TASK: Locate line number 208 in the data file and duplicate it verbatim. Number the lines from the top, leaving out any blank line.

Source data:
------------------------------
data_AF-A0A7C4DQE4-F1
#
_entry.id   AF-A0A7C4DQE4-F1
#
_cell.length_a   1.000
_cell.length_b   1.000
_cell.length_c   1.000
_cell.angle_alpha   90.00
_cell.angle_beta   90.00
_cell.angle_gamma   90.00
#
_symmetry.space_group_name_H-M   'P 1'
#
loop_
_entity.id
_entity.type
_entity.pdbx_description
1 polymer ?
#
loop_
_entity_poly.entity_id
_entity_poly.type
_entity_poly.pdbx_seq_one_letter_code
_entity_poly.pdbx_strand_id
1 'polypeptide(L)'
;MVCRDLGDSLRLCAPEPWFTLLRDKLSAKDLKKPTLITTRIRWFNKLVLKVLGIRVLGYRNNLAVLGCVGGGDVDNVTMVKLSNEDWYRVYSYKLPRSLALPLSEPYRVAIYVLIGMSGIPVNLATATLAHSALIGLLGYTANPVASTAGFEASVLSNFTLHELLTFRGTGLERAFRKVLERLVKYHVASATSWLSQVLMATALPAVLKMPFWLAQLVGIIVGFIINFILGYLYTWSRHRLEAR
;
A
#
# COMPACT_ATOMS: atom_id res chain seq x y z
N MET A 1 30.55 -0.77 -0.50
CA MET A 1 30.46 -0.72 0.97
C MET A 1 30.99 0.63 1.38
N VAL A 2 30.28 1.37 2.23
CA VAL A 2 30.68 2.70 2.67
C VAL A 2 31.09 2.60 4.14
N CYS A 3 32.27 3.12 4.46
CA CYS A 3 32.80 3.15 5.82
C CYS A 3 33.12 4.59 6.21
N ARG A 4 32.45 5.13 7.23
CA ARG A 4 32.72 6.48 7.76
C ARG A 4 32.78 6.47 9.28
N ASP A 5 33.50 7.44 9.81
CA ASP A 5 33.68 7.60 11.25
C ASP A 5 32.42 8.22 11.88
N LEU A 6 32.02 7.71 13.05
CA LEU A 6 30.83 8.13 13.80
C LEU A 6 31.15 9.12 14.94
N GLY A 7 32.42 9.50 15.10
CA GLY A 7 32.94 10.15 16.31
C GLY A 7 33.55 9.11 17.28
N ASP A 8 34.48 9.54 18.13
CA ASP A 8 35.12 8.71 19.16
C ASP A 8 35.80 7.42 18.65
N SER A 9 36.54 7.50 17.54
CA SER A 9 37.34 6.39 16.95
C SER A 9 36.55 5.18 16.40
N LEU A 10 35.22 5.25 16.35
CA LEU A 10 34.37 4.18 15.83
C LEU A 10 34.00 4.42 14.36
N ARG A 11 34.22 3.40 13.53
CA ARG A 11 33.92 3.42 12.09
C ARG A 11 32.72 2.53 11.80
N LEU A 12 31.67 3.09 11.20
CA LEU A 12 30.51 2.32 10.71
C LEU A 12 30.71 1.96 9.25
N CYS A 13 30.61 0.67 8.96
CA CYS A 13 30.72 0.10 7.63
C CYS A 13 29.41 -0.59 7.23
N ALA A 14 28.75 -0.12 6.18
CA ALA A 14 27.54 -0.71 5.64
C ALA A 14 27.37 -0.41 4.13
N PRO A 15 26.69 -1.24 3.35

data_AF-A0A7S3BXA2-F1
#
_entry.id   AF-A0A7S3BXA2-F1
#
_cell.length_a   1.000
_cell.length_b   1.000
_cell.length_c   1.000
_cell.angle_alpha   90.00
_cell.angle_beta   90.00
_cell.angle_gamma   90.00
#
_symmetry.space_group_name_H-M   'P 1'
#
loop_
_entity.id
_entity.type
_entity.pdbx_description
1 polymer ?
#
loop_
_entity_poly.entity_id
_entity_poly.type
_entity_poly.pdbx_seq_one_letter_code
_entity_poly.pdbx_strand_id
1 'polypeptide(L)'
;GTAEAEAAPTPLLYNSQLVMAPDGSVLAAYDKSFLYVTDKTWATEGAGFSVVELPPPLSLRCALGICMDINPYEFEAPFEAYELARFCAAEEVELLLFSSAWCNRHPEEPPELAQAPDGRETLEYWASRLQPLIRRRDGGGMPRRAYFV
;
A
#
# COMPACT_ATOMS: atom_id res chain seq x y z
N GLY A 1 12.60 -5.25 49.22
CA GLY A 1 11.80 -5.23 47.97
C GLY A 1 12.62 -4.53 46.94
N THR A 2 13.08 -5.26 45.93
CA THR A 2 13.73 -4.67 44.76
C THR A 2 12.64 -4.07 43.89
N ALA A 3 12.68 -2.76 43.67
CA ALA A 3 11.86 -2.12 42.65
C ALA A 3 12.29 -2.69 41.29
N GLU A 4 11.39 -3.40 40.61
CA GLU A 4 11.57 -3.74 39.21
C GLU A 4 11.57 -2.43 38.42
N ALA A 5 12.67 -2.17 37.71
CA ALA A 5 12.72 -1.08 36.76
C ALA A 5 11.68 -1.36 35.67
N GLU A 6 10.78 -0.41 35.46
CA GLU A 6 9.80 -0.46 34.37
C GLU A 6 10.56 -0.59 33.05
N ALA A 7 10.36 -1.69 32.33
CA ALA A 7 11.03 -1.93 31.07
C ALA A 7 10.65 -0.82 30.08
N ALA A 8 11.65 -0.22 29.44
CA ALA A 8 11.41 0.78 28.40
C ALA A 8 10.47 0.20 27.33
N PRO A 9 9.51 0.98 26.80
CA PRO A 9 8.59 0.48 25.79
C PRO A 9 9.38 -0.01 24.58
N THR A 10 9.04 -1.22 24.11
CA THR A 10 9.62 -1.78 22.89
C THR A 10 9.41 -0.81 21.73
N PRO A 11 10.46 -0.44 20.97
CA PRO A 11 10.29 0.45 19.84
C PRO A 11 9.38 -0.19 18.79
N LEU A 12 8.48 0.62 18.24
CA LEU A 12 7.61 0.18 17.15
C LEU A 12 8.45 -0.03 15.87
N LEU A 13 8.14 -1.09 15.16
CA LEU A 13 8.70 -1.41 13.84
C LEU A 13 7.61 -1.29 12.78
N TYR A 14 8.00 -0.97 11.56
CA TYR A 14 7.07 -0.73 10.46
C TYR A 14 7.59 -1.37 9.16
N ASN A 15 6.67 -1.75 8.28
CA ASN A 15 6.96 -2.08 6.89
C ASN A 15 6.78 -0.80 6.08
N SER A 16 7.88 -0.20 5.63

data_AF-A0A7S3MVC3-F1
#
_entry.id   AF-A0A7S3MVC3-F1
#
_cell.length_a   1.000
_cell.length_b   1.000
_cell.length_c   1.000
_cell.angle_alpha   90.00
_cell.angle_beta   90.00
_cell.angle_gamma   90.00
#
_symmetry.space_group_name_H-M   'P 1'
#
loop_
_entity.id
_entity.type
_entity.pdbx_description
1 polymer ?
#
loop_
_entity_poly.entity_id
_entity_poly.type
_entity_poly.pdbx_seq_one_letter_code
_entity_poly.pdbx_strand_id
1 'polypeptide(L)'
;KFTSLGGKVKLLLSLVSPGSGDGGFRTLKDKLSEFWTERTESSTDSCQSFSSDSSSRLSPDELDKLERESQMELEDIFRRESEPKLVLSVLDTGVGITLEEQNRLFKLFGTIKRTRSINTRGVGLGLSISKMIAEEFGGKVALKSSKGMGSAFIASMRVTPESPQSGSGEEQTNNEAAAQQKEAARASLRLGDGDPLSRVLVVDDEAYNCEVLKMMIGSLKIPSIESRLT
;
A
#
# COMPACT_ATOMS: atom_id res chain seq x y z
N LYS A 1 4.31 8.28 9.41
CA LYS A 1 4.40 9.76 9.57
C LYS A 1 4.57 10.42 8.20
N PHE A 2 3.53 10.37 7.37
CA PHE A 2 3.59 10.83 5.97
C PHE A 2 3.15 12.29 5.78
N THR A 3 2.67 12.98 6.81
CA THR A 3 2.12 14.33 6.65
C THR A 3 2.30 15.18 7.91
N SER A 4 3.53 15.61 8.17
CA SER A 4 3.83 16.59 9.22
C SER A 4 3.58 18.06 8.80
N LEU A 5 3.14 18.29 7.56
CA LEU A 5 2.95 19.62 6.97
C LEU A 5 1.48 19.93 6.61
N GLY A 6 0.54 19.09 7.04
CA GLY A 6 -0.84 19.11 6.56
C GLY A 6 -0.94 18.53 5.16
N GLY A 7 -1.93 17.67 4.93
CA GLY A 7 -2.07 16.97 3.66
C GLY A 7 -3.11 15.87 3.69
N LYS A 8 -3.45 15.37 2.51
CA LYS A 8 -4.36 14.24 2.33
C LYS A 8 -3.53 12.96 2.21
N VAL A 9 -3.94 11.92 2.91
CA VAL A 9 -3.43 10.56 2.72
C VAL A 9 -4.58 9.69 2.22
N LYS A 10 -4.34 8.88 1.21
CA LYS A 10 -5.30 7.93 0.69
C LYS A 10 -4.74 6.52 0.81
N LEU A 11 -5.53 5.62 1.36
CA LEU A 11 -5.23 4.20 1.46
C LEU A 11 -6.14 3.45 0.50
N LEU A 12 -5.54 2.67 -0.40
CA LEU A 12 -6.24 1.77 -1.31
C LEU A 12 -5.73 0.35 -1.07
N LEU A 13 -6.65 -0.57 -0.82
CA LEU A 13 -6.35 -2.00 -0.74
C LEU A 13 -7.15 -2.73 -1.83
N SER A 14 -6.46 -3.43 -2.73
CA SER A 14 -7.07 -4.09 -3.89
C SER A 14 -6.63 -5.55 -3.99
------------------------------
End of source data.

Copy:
CA LYS A 10 -5.30 7.93 0.69